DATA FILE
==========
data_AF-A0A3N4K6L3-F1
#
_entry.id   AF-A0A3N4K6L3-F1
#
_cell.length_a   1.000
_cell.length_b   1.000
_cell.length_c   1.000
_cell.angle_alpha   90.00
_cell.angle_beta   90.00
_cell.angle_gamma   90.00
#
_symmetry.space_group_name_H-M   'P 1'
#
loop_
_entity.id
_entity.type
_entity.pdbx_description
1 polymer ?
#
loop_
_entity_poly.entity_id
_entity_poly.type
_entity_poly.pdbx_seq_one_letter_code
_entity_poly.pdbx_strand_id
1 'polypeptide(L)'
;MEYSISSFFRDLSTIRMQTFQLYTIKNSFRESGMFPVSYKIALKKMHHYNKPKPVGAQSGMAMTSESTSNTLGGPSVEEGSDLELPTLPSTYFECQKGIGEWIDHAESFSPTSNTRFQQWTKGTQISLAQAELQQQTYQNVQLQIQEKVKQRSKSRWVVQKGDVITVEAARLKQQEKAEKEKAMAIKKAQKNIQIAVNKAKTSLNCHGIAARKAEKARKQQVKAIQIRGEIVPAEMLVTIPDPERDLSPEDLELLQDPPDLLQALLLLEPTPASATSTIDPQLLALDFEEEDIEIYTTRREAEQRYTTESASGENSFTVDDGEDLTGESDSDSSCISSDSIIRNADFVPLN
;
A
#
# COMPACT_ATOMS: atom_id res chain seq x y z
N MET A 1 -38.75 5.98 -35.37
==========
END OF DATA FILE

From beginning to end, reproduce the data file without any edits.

data_AF-A0A3N4K6L3-F1
#
_entry.id   AF-A0A3N4K6L3-F1
#
_cell.length_a   1.000
_cell.length_b   1.000
_cell.length_c   1.000
_cell.angle_alpha   90.00
_cell.angle_beta   90.00
_cell.angle_gamma   90.00
#
_symmetry.space_group_name_H-M   'P 1'
#
loop_
_entity.id
_entity.type
_entity.pdbx_description
1 polymer ?
#
loop_
_entity_poly.entity_id
_entity_poly.type
_entity_poly.pdbx_seq_one_letter_code
_entity_poly.pdbx_strand_id
1 'polypeptide(L)'
;MEYSISSFFRDLSTIRMQTFQLYTIKNSFRESGMFPVSYKIALKKMHHYNKPKPVGAQSGMAMTSESTSNTLGGPSVEEGSDLELPTLPSTYFECQKGIGEWIDHAESFSPTSNTRFQQWTKGTQISLAQAELQQQTYQNVQLQIQEKVKQRSKSRWVVQKGDVITVEAARLKQQEKAEKEKAMAIKKAQKNIQIAVNKAKTSLNCHGIAARKAEKARKQQVKAIQIRGEIVPAEMLVTIPDPERDLSPEDLELLQDPPDLLQALLLLEPTPASATSTIDPQLLALDFEEEDIEIYTTRREAEQRYTTESASGENSFTVDDGEDLTGESDSDSSCISSDSIIRNADFVPLN
;
A
#
# COMPACT_ATOMS: atom_id res chain seq x y z
N MET A 1 -38.75 5.98 -35.37